No More 'Guido Who?' Westerwelle's Libyan Stance Irks Washington
They used to call him "Guido Who?," but now the German foreign minister is finally known by name in Washington -- and that is not necessarily good news for Guido Westerwelle. His stance on Libya has confused and angered US politicians, and Chancellor Angela Merkel will not be able to put up with it for long.
Finally, Guido Westerwelle has name recognition in the United States capital, despite the election failures of his business-friendly Free Democratic Party (FDP) at home and calls for his resignation. For a long time, he was known in Washington as "Guido Who?" At most, the foreign minister's English -- which could do with some improvement -- brought a passing interest, along with his oddly persistent calls for the withdrawal of American nuclear weapons from German soil.
Since then, however, he has gained greater recognition. Thanks to the German abstention on the vote for Libyan military action in the United Nations Security Council, for which he was responsible, the backlash against Westerwelle has started in the ivory towers on the Potomac.
But it's not just about the abstention. With his stance, Westerwelle appears to also want to introduce a new foreign policy doctrine: When in doubt, don't just go with the West anymore. Germany would, in the future, be able to choose its partners worldwide under these new parameters, it seems. Sometimes traditional allies like the United Kingdom, France, or the US; at other times new powers like Brazil or India.
"It also raises serious doubts about the credibility of (Berlin's) leaders," Szabo adds. "Westerwelle will get most of the blame." As Berlin-based US journalist Steve Kettmann puts it in an editorial on the Huffington Post website, "it has been as if Germany has no Foreign Minister."
Charles Kupchan from Georgetown University, who was the director for European Affairs on the National Security Council under Bill Clinton, was similarly critical: "Washington has been impressed with French and British leadership on the issue, while Germany has certainly isolated itself within the trans-Atlantic community by abstaining on the UN vote. Germany did not just sit out the Libyan operation -- as other NATO members have chosen to do. Rather, Berlin has made amply clear its discomfort with the decision in favor of intervention."
And Jackson Janes, head of the American Institute for Contemporary German Studies, says: "Whatever mix of resources and policies Europe chooses to apply to its challenges, Germany is going to play a central role. Today, Berlin is clearly struggling with how to define that role."
It's not only the experts who are disappointed, but also those who put policy into practice. Richard Burt, American ambassador to West Germany under President Ronald Reagan, understands the German objections to the war in Libya, which is also very controversial in the US. "There is no automatism that allies need to support us when we are doing stupid things." But Westerwelle's comments about the search for new partners were unnecessary, Burt says. He has heard that Westerwelle likes to be compared to foreign policy legend Hans-Dietrich Genscher, also of the FDP. Burt, one of the most veteran when it comes to trans-Atlantic affairs in Washington, laughs: "I know Hans-Dietrich Genscher. A Genscher he ain't."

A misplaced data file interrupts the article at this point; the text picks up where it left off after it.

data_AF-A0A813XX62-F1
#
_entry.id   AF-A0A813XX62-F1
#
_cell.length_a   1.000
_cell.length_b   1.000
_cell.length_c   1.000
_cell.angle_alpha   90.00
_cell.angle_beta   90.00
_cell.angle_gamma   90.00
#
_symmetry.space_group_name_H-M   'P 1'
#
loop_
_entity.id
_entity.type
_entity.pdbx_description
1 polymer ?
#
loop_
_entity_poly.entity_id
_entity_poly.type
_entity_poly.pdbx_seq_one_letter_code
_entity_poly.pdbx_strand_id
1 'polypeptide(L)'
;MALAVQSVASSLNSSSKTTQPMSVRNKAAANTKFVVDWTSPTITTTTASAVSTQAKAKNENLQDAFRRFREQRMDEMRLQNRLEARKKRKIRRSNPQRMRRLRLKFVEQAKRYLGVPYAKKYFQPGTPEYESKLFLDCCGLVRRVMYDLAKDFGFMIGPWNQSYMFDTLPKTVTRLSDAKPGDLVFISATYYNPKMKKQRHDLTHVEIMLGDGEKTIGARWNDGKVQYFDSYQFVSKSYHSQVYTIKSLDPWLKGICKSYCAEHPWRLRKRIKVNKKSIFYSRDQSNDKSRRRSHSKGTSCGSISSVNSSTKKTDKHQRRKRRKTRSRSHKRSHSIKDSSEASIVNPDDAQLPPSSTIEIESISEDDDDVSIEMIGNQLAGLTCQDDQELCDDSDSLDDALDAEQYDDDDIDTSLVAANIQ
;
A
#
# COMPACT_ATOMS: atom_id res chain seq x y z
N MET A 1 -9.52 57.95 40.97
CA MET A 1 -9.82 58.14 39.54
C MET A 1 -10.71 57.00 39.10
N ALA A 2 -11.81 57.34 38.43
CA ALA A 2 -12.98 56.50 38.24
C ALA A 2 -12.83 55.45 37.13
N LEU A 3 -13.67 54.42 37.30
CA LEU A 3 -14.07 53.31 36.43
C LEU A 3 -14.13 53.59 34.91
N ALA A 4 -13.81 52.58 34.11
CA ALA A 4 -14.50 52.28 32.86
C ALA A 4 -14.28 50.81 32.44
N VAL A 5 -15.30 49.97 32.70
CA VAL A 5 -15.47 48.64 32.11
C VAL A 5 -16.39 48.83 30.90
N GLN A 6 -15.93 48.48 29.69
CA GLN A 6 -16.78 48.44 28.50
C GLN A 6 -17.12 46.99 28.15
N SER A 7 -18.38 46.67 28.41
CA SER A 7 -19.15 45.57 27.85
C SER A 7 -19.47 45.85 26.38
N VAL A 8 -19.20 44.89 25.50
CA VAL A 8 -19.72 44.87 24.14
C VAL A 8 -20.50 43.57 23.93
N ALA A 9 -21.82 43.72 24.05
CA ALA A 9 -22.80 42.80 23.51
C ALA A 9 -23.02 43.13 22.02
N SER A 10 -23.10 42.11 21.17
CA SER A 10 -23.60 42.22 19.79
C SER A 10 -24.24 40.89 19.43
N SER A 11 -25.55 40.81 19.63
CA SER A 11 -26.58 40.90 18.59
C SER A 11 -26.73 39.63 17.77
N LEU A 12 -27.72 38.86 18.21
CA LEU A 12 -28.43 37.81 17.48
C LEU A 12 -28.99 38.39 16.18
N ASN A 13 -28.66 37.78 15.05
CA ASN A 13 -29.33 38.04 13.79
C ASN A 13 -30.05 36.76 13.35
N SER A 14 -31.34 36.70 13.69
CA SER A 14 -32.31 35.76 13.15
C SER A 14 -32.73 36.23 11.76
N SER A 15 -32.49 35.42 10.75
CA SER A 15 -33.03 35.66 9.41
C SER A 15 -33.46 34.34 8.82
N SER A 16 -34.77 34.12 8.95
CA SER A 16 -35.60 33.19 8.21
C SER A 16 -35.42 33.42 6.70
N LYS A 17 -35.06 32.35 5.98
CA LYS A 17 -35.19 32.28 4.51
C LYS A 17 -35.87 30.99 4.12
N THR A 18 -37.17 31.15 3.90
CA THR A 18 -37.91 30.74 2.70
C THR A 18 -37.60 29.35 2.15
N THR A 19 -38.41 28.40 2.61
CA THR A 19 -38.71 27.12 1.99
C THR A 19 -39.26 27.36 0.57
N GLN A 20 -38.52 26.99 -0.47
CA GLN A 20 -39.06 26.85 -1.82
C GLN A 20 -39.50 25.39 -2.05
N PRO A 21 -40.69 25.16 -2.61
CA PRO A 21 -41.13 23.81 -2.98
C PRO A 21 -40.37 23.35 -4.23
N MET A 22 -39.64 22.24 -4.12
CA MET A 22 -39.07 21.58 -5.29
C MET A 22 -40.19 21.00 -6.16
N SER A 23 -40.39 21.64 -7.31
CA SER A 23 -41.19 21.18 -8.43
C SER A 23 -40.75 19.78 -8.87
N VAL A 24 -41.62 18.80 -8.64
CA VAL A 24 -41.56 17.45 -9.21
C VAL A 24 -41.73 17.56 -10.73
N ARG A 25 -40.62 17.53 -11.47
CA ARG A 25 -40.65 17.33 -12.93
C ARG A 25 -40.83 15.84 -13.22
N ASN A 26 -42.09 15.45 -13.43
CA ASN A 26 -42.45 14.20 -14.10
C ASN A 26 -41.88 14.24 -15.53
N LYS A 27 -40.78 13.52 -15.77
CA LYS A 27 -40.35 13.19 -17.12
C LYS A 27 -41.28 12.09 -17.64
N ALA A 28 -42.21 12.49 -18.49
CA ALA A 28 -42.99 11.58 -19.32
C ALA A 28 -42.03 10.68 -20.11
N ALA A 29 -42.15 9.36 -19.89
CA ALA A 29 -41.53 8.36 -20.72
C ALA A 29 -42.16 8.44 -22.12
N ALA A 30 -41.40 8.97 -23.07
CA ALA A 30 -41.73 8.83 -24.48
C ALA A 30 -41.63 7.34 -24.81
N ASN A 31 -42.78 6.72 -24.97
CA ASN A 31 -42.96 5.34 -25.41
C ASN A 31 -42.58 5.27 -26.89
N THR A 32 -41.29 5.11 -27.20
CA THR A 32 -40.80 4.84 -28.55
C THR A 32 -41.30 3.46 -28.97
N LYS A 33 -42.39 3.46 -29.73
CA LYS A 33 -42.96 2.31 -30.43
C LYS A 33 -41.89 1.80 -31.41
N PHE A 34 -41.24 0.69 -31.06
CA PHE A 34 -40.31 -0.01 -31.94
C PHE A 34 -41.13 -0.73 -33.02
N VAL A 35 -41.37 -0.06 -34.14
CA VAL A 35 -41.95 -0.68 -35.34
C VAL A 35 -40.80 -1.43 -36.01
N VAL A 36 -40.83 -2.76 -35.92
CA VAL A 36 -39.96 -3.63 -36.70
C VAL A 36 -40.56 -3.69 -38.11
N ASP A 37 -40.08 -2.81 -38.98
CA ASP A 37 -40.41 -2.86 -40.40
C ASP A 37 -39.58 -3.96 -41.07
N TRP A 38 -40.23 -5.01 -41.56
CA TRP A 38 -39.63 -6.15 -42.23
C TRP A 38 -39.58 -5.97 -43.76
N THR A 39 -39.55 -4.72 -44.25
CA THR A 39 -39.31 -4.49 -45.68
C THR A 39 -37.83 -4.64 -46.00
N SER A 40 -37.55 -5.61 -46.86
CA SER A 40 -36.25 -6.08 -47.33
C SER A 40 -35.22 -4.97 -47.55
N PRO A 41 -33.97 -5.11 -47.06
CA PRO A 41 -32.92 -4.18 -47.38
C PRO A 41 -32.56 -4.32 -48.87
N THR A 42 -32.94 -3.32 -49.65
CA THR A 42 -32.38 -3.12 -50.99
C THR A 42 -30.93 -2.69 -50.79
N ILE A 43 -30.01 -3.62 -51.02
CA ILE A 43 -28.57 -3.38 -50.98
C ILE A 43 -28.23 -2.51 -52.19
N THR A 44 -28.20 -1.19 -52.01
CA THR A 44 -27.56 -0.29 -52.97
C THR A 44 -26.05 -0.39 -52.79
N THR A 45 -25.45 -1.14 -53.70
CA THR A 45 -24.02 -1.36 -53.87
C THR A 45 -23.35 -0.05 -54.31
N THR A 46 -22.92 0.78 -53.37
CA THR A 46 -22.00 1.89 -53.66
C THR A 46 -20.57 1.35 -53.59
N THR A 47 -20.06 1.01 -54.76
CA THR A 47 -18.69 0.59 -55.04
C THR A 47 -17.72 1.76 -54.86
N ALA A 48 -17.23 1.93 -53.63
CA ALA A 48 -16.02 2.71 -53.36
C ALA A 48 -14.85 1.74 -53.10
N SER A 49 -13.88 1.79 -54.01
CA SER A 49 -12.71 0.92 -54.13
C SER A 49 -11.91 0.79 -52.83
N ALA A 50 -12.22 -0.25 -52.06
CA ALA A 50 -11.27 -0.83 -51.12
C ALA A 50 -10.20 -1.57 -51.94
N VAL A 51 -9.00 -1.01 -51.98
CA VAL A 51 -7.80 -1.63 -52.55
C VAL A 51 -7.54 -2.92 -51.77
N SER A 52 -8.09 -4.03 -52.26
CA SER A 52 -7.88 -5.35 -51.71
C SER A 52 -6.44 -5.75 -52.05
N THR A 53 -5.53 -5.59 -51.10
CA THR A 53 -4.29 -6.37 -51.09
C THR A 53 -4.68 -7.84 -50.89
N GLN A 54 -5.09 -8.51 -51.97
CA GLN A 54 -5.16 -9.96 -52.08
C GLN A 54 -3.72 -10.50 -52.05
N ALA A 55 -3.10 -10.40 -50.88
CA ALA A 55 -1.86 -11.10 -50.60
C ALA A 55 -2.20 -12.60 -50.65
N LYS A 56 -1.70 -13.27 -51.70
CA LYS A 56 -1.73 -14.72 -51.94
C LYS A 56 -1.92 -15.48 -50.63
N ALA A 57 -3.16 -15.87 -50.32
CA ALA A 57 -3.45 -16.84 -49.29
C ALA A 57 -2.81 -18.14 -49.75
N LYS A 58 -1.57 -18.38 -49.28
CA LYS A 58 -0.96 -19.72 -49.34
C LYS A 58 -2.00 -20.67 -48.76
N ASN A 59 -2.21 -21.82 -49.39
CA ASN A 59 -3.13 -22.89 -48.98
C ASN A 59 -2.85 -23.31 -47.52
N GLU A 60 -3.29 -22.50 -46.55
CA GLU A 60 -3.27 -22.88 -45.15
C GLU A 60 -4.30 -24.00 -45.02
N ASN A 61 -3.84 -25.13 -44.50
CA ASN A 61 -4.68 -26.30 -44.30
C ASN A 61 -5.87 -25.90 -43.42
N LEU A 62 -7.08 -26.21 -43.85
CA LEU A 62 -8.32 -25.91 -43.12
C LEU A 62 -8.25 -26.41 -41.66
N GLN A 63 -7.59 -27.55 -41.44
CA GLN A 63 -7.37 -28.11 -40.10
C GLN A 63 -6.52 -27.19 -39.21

The chancellor, however, cannot afford to be blasé about American frustration with her foreign minister. The new debates are likely to hamper German ambitions, such as applying for a permanent seat on the UN Security Council. In addition, Washington considers Berlin's abstention as the definitive German position -- and thus also blames Merkel.
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"Chancellor Merkel has deeply strained relations with allies in the European Union and the NATO alliance, raising new questions about Germany's ability to play a global role in foreign policy, even as its economic power and influence grow," writes the New York Times. The Huffington Post adds that the German decision was obviously motivated by domestic political considerations. Recent polls now show that most Germans agree with the course taken by the coalition government.
In an interview with NBC on Monday evening, US President Barack Obama talked about potentially supplying the Libyan rebels with weapons, dictator Moammar Gadhafi's remaining options and the importance of the military action. And when he spoke to American citizens about his Libyan policy, he said he counted on "our closest allies": The UK, France, Canada, Denmark, Norway, Italy, Spain, Greece and Turkey.
No mention of Germany.
Merkel will hardly be pleased that she finally has a reputation in Washington to lose. In early June she will travel back to the American capital to be presented with the Presidential Medal of Freedom -- the highest civilian award in the US -- by Obama. The visit is planned to last several days, with the medal being awarded in a pointedly festive atmosphere.
In contrast, Westerwelle has only rarely traveled to Washington. In his Foreign Ministry, the post of trans-Atlantic coodinator for the federal government is not even filled, and has been vacant since the departure of Hans-Ulrich Klose, who stepped down at the end of January. There were reports that Westerwelle was considering Harald Leibrecht -- an FPD member of the Bundestag, Germany's federal parliament, but the nomination has hit a snag. But in any case, such positions probably have no significance at the moment: Germany's relationship with the US is being put to the test, and that is now the Foreign Ministry's top priority.